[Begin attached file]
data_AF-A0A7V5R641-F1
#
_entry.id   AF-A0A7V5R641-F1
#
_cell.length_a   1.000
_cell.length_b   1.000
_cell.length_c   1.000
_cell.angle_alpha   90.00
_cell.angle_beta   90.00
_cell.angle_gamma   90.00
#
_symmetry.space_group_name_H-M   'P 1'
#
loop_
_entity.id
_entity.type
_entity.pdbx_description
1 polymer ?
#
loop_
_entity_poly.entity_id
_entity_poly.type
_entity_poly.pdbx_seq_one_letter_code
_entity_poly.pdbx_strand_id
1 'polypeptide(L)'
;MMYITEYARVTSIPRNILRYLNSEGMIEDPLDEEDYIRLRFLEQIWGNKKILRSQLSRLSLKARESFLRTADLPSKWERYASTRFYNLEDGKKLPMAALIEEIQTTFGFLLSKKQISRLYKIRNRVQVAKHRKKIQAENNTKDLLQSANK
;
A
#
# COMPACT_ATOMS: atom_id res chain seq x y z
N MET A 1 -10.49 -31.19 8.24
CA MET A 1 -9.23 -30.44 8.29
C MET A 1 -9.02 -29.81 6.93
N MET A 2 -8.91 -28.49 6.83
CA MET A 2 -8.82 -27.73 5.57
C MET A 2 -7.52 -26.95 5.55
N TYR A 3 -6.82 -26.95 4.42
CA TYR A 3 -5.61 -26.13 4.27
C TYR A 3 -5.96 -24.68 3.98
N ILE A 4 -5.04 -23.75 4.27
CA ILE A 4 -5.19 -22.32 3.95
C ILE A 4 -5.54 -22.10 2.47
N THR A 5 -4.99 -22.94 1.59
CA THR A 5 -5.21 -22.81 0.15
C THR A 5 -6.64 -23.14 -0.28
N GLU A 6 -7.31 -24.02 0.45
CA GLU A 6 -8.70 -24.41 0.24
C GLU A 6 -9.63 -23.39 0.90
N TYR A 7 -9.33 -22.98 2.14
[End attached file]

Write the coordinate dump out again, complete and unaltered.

data_AF-A0A7V5R641-F1
#
_entry.id   AF-A0A7V5R641-F1
#
_cell.length_a   1.000
_cell.length_b   1.000
_cell.length_c   1.000
_cell.angle_alpha   90.00
_cell.angle_beta   90.00
_cell.angle_gamma   90.00
#
_symmetry.space_group_name_H-M   'P 1'
#
loop_
_entity.id
_entity.type
_entity.pdbx_description
1 polymer ?
#
loop_
_entity_poly.entity_id
_entity_poly.type
_entity_poly.pdbx_seq_one_letter_code
_entity_poly.pdbx_strand_id
1 'polypeptide(L)'
;MMYITEYARVTSIPRNILRYLNSEGMIEDPLDEEDYIRLRFLEQIWGNKKILRSQLSRLSLKARESFLRTADLPSKWERYASTRFYNLEDGKKLPMAALIEEIQTTFGFLLSKKQISRLYKIRNRVQVAKHRKKIQAENNTKDLLQSANK
;
A
#
# COMPACT_ATOMS: atom_id res chain seq x y z
N MET A 1 -10.49 -31.19 8.24
CA MET A 1 -9.23 -30.44 8.29
C MET A 1 -9.02 -29.81 6.93
N MET A 2 -8.91 -28.49 6.83
CA MET A 2 -8.82 -27.73 5.57
C MET A 2 -7.52 -26.95 5.55
N TYR A 3 -6.82 -26.95 4.42
CA TYR A 3 -5.61 -26.13 4.27
C TYR A 3 -5.96 -24.68 3.98
N ILE A 4 -5.04 -23.75 4.27
CA ILE A 4 -5.19 -22.32 3.95
C ILE A 4 -5.54 -22.10 2.47
N THR A 5 -4.99 -22.94 1.59
CA THR A 5 -5.21 -22.81 0.15
C THR A 5 -6.64 -23.14 -0.28
N GLU A 6 -7.31 -24.02 0.45
CA GLU A 6 -8.70 -24.41 0.24
C GLU A 6 -9.63 -23.39 0.90
N TYR A 7 -9.33 -22.98 2.14